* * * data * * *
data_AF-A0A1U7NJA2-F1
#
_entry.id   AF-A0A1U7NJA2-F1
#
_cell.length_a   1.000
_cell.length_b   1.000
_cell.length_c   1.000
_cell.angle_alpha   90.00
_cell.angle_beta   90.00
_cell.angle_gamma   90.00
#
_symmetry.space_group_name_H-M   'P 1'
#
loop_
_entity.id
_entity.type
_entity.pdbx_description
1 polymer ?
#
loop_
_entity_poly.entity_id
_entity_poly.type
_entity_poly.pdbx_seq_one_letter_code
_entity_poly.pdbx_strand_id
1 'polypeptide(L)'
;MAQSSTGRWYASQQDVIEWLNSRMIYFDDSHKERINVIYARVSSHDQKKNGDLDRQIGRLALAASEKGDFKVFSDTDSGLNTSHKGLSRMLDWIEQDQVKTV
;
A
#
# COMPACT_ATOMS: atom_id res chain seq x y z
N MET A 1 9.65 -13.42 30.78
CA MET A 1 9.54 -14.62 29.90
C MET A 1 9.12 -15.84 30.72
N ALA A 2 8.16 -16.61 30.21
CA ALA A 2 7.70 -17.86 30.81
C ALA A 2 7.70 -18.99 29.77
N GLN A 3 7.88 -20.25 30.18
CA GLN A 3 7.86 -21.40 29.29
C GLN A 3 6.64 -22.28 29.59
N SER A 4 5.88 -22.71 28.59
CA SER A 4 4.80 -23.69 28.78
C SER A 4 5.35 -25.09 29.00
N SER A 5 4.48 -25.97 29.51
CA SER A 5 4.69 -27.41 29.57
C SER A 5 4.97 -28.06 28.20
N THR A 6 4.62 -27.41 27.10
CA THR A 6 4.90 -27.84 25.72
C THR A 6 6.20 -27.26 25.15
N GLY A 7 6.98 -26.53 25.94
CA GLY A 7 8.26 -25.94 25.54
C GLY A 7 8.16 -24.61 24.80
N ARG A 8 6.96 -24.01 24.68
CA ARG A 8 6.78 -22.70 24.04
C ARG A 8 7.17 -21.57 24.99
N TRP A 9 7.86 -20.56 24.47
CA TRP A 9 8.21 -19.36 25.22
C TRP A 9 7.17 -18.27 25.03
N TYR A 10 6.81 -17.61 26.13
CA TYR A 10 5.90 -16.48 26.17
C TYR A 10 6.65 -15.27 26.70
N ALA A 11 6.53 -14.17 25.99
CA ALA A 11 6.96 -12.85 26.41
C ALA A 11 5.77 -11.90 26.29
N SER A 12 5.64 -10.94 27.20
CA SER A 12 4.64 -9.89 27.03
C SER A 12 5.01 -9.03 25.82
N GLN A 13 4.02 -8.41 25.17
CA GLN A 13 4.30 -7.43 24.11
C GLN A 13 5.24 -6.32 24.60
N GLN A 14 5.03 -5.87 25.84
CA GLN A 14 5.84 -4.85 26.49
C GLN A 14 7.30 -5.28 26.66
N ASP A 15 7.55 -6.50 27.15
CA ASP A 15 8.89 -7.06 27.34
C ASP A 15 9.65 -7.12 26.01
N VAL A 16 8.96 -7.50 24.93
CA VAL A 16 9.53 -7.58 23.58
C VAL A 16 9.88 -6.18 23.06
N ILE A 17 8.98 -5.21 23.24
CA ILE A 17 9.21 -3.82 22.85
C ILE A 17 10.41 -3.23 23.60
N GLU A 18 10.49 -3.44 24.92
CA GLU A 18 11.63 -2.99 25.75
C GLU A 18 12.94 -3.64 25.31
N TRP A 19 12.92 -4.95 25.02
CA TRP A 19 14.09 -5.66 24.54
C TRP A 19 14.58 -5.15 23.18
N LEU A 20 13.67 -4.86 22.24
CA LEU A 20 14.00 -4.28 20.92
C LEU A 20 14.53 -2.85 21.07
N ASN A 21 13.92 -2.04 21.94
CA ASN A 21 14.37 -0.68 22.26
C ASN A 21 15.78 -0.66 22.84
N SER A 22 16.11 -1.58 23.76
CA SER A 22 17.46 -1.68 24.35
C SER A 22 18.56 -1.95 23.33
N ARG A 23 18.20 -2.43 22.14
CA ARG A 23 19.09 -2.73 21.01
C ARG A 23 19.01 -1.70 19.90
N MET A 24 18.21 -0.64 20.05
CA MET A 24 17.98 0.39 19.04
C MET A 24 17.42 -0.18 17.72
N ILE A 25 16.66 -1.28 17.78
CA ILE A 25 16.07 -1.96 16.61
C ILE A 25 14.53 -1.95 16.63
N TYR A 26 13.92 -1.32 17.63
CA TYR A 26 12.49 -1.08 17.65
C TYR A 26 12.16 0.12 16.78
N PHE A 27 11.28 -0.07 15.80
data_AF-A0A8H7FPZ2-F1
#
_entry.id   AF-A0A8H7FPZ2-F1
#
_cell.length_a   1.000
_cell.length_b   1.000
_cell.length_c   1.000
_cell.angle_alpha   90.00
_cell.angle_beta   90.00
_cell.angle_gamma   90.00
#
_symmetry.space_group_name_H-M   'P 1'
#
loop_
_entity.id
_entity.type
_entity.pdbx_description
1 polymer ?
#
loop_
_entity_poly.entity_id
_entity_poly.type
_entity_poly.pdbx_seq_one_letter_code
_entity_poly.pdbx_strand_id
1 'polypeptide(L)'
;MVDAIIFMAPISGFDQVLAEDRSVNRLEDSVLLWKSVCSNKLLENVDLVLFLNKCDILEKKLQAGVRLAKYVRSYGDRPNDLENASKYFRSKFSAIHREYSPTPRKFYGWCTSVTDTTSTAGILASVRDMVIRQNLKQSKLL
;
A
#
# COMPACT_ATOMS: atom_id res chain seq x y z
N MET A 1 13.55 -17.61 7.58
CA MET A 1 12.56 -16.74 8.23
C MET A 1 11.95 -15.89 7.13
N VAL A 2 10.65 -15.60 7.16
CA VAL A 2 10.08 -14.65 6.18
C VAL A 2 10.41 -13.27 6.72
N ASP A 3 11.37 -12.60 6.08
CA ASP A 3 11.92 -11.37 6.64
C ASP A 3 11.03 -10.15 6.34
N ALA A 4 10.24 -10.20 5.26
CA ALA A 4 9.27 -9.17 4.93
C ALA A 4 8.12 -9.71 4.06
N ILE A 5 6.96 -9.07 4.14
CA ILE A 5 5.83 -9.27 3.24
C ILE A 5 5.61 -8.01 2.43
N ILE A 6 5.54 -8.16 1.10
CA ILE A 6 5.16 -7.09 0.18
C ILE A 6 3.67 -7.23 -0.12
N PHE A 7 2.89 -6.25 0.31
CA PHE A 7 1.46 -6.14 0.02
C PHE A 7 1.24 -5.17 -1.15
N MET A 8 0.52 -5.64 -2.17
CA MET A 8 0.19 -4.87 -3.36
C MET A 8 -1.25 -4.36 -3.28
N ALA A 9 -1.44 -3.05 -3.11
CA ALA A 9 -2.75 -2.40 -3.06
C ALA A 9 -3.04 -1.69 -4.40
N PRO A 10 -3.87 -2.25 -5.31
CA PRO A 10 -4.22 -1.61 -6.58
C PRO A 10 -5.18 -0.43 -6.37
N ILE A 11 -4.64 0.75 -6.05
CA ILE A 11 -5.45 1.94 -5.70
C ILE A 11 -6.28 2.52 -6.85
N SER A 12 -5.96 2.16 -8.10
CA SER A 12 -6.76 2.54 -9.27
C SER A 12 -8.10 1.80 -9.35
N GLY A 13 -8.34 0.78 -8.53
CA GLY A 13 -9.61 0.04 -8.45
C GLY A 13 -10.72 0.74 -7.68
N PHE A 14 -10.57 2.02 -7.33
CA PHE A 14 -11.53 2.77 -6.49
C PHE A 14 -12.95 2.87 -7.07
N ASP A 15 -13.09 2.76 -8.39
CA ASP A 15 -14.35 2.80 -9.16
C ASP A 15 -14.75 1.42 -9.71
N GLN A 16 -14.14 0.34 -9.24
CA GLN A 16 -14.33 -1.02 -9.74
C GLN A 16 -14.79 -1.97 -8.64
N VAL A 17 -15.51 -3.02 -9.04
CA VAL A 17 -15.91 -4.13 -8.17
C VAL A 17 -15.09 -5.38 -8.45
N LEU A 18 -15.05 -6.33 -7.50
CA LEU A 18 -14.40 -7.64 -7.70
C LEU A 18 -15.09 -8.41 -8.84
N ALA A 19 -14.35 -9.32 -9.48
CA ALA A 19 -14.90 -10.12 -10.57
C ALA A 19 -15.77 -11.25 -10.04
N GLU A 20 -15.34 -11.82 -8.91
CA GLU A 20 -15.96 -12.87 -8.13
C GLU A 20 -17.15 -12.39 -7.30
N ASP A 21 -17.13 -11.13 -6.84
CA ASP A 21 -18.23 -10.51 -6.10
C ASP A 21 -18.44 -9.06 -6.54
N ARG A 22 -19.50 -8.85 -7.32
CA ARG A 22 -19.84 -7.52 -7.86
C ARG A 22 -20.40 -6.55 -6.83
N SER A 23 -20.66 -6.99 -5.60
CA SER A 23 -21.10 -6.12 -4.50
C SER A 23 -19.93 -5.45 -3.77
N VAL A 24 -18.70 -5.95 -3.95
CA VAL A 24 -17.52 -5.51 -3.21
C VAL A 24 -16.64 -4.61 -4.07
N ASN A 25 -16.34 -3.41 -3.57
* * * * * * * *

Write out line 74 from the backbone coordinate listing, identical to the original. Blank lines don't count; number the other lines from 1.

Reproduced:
CA ASP A 15 8.89 -7.06 27.34